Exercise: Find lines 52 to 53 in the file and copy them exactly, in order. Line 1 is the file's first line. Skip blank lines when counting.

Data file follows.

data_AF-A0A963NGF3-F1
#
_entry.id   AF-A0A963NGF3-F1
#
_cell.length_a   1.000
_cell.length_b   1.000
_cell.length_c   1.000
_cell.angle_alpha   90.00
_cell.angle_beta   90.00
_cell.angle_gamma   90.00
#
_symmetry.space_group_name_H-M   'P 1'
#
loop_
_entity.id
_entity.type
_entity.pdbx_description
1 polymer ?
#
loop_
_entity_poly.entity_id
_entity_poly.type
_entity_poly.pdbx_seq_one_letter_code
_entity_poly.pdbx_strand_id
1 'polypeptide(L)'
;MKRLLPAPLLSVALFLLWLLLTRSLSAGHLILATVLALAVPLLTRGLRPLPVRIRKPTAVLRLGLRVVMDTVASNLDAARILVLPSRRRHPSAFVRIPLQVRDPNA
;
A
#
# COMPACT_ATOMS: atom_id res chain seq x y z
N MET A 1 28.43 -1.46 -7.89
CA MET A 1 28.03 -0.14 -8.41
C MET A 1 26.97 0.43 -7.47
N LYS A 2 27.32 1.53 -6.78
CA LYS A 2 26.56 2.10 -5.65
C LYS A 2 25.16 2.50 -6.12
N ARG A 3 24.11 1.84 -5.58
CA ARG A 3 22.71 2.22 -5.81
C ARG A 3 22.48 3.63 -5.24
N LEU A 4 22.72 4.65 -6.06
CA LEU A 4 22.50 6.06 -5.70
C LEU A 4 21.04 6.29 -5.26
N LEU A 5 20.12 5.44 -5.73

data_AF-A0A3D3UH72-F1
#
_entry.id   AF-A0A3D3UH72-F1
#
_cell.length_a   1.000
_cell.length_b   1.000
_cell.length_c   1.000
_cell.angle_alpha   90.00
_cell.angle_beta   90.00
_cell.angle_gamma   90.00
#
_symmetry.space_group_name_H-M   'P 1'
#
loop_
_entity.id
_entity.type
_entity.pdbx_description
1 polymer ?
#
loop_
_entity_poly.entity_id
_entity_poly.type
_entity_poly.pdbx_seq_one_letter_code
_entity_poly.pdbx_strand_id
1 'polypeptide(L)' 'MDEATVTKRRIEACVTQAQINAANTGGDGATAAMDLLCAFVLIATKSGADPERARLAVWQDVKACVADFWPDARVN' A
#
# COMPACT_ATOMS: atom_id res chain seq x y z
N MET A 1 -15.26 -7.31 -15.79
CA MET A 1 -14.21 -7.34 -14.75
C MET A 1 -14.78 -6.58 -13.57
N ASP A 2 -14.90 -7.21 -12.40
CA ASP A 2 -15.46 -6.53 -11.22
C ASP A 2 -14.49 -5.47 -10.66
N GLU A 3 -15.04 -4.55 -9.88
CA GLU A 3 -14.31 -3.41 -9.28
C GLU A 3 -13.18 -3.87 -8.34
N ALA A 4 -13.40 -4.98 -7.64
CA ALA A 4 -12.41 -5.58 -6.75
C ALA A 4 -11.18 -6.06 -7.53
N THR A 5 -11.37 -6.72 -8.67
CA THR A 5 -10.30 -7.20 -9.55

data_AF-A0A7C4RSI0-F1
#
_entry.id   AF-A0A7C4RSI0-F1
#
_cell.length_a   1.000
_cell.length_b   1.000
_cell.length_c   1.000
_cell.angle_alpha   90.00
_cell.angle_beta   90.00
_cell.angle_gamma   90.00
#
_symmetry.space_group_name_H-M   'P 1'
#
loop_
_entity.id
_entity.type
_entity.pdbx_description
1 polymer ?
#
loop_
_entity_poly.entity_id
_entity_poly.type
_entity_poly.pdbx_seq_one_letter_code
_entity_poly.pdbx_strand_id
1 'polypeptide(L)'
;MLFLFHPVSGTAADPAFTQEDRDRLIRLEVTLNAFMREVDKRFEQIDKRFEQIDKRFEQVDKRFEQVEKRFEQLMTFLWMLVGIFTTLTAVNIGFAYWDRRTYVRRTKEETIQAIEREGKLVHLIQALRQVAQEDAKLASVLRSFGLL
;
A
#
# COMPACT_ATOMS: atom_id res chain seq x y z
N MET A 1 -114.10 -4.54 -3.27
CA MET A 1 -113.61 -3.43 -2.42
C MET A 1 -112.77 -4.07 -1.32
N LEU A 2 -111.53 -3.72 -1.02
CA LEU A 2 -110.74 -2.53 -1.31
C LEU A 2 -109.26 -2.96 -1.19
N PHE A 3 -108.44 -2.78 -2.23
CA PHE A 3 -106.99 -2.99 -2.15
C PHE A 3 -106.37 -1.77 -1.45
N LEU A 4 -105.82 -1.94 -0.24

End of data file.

_cell.angle_beta   90.00
_cell.angle_gamma   90.00